My daughter has started waking earlier and earlier. I don’t mean 6:00am, which is still an unholy hour at the weekend but kind of manageable, I’m talking hours of the morning that shouldn’t be legal. 3:00am! 4:00am! Before having a child I didn’t know there was a 4:00am; it was like an urban myth. I’d heard Proper Adults talking about catching early morning flights for holidays, or doing shift work, or having to get up to let the dog out, but I always assumed they just had a really sick sense of humour.
But alas, my husband and I are now well acquainted with 4:00am get ups – the starless pitch black outside and the oppressive quietness punctuated only by our gentle sobs of defeat as we reload Baby Effing Shark onto the TV yet again. 6:00am has become the new lunchtime and by midday we aim to be back in pyjamas.
This morning I realised that, if our day is destined to start in darkness and fumbled panic as we usher our daughter downstairs to prevent her shouts travelling through the walls to the neighbours, we’d need some reinforcements. Usually this involves biscuits of some kind, but we didn’t have any in and neither of us fancied this idea too much because at the rate we’re going we’d get through several packets a day (actually I didn’t see a problem with that, but my husband – who is working towards his Proper Adult badge – pointed out it might not be very good health wise.)
So – biscuits were out. The second problem was that none of the shops near us would be open until 10:00am, it being a Sunday. This left an unacceptable six hours to go. What we wanted, what we really wanted, was a wholesome breakfast that wasn’t too much faff and felt healthy without being tediously ‘Instagram’: I wasn’t going to ‘enjoy’ a jog later, I don’t believe a bowl of mashed banana with a crescent of seeds tossed over it is a treat and at that time in the morning I was definitely not feeling #blessed.
Marmalade was what we needed. Even the word ‘marmalade’ sounds luxurious and inviting, especially when you imagine great spoons of it slathered on toast already dripping with butter. I also thought there would be something inherently comforting about big amber blobs of it glinting in the darkened living room as neon rays of whatever awful animated cartoon was now playing tried to penetrate through.
This scene of domestic chaos was probably not what Sir Hugh Plat had in mind when he wrote a recipe to ‘Preserve Orenges after the Portugall Fashion’. I imagine he envisaged women delicately nibbling at lozenges of it over fine needlework – not me wrestling with my toddler as I cut chunks of it out of her hair. Nevertheless, his recipe for marmalade (found in Sophie Lillingon’s excellent booklet A Recipe Book in the Tudor Fashion) was exactly what we needed this morning.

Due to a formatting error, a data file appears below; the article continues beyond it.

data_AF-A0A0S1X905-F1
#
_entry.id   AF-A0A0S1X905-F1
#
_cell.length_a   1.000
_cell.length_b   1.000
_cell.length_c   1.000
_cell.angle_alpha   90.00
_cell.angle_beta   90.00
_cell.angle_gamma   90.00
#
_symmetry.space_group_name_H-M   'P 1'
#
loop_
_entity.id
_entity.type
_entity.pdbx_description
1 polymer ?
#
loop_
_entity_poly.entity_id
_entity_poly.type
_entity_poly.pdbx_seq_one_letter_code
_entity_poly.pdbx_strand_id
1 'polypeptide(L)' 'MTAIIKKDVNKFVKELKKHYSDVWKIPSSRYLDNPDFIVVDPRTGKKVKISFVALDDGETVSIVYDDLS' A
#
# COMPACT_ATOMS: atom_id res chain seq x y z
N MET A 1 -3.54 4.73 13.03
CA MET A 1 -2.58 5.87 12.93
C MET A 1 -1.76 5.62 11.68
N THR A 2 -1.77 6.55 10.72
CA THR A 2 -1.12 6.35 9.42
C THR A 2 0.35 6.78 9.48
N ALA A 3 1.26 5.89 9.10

Published in 1600, the snappily entitled Delightes for Ladies: to adorn their persons, tables, closets, and distillatories with beauties, banquets, perfumes and waters was yet another collection of recipes and household tips written by a man to help women run their households more efficiently, whilst also remaining beautiful and fashionable in order to keep up with aristocratic Tudor society. Delightes for Ladies is therefore a bit of a maze of practical recipes, make up tips and hints on how to create the perfect Tudor banquet. It was therefore arranged alphabetically, which explains why advice on how to correctly perfume gloves is next to a recipe for boiled pike, and why tips to maintain oral hygiene immediately follow instructions for stewed duck.
Marmalade was introduced to England from Portugal where quinces – called ‘marmelos – were preserved in thick syrup and cut out into sweets. Orange marmalade in particular was a wintertime favorite of the Tudor elite. In 1560, Robert Dudley, would-be husband of Elizabeth I, purchased “a brick of marmalade” for a banquet to impress the Queen at a personal cost of 2s 4d – the equivalent of approximately half a week’s wages. Because the cost of of oranges was so high, recipes for marmalade preserve every aspect of the orange to get the best value for money, including flesh and rind. Rather than eaten on toast for breakfast, it seems marmalade was treated almost like a sweet and was set hard enough to slice into lozenges to be enjoyed at formal dinners.
One hobby for rich Tudor gourmands was to disguise certain foods as something else; as part of the instructions for a brilliant banquet, Sir Plat gives recipes for sugar paste flowers and various sugar molds, including molds for plates, so that guests may be tricked into thinking sweet foods were savoury and crockery was, well, crockery. Tudor cooks in rich houses were nothing short of 16th century Heston Blumenthals (or should that be Heston Blumenthal is nothing short of a 21st century Tudor cook?) If all that food deception wasn’t exciting enough, Tudor hosts who could afford oranges and lemons and didn’t want to cook with them or eat them raw (thanks to a belief that uncooked fruit and vegetables were bad for you) would often have the rind carved into intricate decorations to adorn the table and delight guests with the patterns. Truly, the long winter evenings must have flown by.